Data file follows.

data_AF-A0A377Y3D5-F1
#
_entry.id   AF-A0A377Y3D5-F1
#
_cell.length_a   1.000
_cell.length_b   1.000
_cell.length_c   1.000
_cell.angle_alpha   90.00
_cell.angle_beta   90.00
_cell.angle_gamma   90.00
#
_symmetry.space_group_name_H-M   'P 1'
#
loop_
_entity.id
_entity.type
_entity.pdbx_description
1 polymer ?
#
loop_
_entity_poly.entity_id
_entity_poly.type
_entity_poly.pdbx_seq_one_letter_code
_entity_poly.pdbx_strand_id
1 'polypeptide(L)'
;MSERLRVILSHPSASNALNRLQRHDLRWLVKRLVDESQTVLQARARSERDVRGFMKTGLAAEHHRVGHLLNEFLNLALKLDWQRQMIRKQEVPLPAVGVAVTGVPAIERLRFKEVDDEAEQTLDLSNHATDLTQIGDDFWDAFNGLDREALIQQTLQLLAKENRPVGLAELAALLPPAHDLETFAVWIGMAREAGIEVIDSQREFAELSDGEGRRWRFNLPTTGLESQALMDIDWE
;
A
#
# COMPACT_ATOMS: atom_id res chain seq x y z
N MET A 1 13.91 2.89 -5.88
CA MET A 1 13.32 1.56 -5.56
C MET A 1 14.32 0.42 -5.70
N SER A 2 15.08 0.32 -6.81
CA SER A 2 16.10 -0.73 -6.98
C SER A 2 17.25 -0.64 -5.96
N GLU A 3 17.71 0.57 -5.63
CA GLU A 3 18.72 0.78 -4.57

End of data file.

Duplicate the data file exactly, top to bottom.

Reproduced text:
data_AF-A0A377Y3D5-F1
#
_entry.id   AF-A0A377Y3D5-F1
#
_cell.length_a   1.000
_cell.length_b   1.000
_cell.length_c   1.000
_cell.angle_alpha   90.00
_cell.angle_beta   90.00
_cell.angle_gamma   90.00
#
_symmetry.space_group_name_H-M   'P 1'
#
loop_
_entity.id
_entity.type
_entity.pdbx_description
1 polymer ?
#
loop_
_entity_poly.entity_id
_entity_poly.type
_entity_poly.pdbx_seq_one_letter_code
_entity_poly.pdbx_strand_id
1 'polypeptide(L)'
;MSERLRVILSHPSASNALNRLQRHDLRWLVKRLVDESQTVLQARARSERDVRGFMKTGLAAEHHRVGHLLNEFLNLALKLDWQRQMIRKQEVPLPAVGVAVTGVPAIERLRFKEVDDEAEQTLDLSNHATDLTQIGDDFWDAFNGLDREALIQQTLQLLAKENRPVGLAELAALLPPAHDLETFAVWIGMAREAGIEVIDSQREFAELSDGEGRRWRFNLPTTGLESQALMDIDWE
;
A
#
# COMPACT_ATOMS: atom_id res chain seq x y z
N MET A 1 13.91 2.89 -5.88
CA MET A 1 13.32 1.56 -5.56
C MET A 1 14.32 0.42 -5.70
N SER A 2 15.08 0.32 -6.81
CA SER A 2 16.10 -0.73 -6.98
C SER A 2 17.25 -0.64 -5.96
N GLU A 3 17.71 0.57 -5.63
CA GLU A 3 18.72 0.78 -4.57